Competition is a rivalry where two or more parties (Competitors) strive for a common goal which cannot be shared: where one's gain is the other's loss (an example of which is a zero-sum game). Competition can arise between entities such as organisms, individuals, economic and social groups, etc. The rivalry can be over attainment of any exclusive goal, including recognition: (e.g. awards, goods, mates, status, prestige), leadership, market share, niches and scarce resources, or a territory.

In the industrial and industry context, a competitor is a company or business that offers similar products or services as another company. Competitors are a crucial aspect of any industry and play a significant role in shaping the market dynamics. Here are some examples of industries and applications where competitors are commonly found:

  1. Retail industry: Retailers are constantly competing with one another for customers and market share. Examples of competitors in this industry include Walmart and Target.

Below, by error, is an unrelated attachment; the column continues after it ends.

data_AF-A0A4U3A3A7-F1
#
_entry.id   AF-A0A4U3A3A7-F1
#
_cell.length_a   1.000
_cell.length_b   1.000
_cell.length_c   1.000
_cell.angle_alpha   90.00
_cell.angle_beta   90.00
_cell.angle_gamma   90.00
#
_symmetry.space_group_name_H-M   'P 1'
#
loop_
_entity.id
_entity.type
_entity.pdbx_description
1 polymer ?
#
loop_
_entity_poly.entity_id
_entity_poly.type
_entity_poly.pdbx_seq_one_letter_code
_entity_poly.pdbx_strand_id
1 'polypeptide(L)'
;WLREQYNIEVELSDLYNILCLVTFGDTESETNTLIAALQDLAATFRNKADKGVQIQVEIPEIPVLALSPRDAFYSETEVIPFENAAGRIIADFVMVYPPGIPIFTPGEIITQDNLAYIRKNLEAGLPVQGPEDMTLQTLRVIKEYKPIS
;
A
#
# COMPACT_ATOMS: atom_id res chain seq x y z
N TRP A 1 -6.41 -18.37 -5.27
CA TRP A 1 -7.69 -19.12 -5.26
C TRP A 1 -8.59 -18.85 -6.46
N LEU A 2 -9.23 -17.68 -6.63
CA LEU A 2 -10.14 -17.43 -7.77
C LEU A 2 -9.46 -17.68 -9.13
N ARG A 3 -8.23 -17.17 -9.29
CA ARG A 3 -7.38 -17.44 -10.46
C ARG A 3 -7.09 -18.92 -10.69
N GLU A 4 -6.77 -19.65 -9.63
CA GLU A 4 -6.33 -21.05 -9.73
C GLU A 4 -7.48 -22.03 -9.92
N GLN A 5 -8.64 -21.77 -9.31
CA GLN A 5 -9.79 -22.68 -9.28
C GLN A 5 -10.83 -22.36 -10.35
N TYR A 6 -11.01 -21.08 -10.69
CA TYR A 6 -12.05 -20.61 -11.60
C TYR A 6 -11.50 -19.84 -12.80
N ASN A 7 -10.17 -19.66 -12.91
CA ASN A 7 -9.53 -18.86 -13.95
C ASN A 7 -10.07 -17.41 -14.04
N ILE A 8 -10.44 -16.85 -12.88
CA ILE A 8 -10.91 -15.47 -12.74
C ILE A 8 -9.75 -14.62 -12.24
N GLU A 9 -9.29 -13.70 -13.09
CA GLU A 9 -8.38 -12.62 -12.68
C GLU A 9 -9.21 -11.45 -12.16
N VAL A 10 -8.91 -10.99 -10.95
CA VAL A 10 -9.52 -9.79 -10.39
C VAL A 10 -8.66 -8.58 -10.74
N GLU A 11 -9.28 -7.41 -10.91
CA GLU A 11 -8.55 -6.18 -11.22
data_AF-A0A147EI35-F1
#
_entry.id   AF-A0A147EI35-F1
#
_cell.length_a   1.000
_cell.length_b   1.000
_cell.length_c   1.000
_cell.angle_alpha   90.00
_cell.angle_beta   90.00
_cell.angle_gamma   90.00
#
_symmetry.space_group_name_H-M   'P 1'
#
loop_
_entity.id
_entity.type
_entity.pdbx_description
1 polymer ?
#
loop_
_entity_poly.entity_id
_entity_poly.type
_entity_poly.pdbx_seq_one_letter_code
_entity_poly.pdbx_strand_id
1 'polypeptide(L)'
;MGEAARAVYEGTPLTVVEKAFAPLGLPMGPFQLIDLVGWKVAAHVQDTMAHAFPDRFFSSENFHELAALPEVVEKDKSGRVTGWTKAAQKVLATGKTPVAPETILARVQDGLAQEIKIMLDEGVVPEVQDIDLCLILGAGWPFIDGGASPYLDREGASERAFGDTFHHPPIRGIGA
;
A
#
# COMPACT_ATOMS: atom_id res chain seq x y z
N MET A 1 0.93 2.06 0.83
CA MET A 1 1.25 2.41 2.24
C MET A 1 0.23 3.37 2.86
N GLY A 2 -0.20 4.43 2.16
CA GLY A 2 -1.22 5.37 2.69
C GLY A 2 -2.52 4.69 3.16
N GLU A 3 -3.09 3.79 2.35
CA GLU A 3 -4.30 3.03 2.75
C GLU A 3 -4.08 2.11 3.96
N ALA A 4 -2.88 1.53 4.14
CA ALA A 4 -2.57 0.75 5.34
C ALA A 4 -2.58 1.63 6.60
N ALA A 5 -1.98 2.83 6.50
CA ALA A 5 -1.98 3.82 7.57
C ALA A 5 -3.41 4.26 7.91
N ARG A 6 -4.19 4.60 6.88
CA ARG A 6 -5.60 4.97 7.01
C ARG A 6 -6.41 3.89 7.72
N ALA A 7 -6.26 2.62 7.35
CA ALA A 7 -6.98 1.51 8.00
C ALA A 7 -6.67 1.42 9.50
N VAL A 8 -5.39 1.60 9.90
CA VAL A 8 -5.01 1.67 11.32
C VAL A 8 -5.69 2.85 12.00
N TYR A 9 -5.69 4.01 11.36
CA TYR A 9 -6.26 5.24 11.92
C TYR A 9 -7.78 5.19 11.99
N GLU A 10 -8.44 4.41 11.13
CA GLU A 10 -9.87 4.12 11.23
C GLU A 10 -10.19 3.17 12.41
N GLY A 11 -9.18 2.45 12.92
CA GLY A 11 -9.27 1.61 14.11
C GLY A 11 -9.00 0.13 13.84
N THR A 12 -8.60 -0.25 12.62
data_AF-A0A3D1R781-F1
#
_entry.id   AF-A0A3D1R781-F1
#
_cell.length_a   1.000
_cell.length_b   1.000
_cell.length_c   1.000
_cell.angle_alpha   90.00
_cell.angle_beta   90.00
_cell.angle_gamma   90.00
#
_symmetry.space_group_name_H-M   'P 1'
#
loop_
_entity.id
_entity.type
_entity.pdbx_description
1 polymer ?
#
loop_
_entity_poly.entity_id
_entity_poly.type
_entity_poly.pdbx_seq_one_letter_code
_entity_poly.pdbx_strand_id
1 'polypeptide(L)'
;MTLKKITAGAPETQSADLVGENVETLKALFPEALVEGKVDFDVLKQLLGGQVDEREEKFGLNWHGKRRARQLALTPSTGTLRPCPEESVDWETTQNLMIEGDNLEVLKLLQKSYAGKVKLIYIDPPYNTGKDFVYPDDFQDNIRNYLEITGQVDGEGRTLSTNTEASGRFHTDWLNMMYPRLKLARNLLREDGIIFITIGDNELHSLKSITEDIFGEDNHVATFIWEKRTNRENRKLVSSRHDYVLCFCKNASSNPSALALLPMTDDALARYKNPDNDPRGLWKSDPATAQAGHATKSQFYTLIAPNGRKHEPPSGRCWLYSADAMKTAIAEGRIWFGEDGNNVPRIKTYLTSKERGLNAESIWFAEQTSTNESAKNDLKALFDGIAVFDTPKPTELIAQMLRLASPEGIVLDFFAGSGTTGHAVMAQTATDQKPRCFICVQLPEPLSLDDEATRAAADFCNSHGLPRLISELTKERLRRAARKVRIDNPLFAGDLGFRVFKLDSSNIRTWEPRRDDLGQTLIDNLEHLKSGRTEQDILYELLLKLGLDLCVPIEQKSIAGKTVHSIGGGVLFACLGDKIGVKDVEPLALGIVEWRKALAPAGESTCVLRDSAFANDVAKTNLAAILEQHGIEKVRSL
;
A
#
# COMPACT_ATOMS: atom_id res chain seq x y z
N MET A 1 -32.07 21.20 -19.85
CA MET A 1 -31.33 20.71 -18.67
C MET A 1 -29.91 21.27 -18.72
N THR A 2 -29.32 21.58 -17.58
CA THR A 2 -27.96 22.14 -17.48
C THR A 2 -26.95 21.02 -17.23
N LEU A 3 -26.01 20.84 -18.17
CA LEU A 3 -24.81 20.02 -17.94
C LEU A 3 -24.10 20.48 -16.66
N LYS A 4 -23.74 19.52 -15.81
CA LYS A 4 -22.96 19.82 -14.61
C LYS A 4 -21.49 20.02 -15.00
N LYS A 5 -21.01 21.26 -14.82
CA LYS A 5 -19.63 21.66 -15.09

2. Technology industry: Technology companies compete with one another to create innovative products and services. Examples of competitors in this industry include Apple and Samsung.

  3. Automotive industry: Automakers compete with one another to create cars that are more fuel-efficient, stylish, and affordable. Examples of competitors in this industry include Ford and General Motors.

  4. Food industry: Restaurants and food manufacturers compete with one another to offer customers unique and delicious products. Examples of competitors in this industry include McDonald's and Burger King.

Similar concepts in the industrial context include:

  1. Substitutes: Substitutes are products or services that can be used in place of another product or service. They can be a threat to a company's market share if customers choose to use them instead. For example, electric cars are a substitute for gasoline-powered cars.

  2. Suppliers: Suppliers are businesses that provide materials or components to another company. They can be a source of competition if multiple suppliers are vying for a company's business.

  3. Partners: Partners are businesses that collaborate with one another to create a product or service. While they are not competitors, they may have different goals and objectives that need to be aligned for the partnership to succeed.

  4. New entrants: New entrants are companies that enter a market and compete with existing companies. They can disrupt the industry and change the competitive landscape.

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